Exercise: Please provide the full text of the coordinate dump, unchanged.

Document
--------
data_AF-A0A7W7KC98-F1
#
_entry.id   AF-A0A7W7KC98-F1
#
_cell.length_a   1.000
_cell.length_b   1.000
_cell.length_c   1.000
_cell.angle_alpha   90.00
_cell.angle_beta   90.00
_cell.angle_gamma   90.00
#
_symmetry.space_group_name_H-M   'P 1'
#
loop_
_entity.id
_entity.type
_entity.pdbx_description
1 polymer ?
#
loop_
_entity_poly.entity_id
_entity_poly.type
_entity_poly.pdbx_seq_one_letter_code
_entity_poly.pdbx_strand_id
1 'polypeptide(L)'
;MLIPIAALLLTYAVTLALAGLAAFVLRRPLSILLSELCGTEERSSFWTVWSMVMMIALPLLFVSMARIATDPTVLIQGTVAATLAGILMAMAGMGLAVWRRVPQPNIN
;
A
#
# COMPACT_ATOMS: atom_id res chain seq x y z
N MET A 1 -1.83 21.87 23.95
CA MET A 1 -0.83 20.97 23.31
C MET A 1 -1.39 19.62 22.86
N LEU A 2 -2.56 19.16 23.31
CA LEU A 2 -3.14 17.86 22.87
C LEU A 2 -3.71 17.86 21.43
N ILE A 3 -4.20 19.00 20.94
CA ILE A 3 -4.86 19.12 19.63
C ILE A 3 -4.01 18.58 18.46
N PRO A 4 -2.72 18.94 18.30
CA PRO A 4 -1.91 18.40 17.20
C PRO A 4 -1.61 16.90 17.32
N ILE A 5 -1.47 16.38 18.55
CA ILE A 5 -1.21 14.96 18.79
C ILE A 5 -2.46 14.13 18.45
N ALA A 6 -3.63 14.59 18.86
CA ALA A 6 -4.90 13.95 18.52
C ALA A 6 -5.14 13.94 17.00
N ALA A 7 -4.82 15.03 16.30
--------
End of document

data_AF-A0A7W7KC98-F1
#
_entry.id   AF-A0A7W7KC98-F1
#
_cell.length_a   1.000
_cell.length_b   1.000
_cell.length_c   1.000
_cell.angle_alpha   90.00
_cell.angle_beta   90.00
_cell.angle_gamma   90.00
#
_symmetry.space_group_name_H-M   'P 1'
#
loop_
_entity.id
_entity.type
_entity.pdbx_description
1 polymer ?
#
loop_
_entity_poly.entity_id
_entity_poly.type
_entity_poly.pdbx_seq_one_letter_code
_entity_poly.pdbx_strand_id
1 'polypeptide(L)'
;MLIPIAALLLTYAVTLALAGLAAFVLRRPLSILLSELCGTEERSSFWTVWSMVMMIALPLLFVSMARIATDPTVLIQGTVAATLAGILMAMAGMGLAVWRRVPQPNIN
;
A
#
# COMPACT_ATOMS: atom_id res chain seq x y z
N MET A 1 -1.83 21.87 23.95
CA MET A 1 -0.83 20.97 23.31
C MET A 1 -1.39 19.62 22.86
N LEU A 2 -2.56 19.16 23.31
CA LEU A 2 -3.14 17.86 22.87
C LEU A 2 -3.71 17.86 21.43
N ILE A 3 -4.20 19.00 20.94
CA ILE A 3 -4.86 19.12 19.63
C ILE A 3 -4.01 18.58 18.46
N PRO A 4 -2.72 18.94 18.30
CA PRO A 4 -1.91 18.40 17.20
C PRO A 4 -1.61 16.90 17.32
N ILE A 5 -1.47 16.38 18.55
CA ILE A 5 -1.21 14.96 18.79
C ILE A 5 -2.46 14.13 18.45
N ALA A 6 -3.63 14.59 18.86
CA ALA A 6 -4.90 13.95 18.52
C ALA A 6 -5.14 13.94 17.00
N ALA A 7 -4.82 15.03 16.30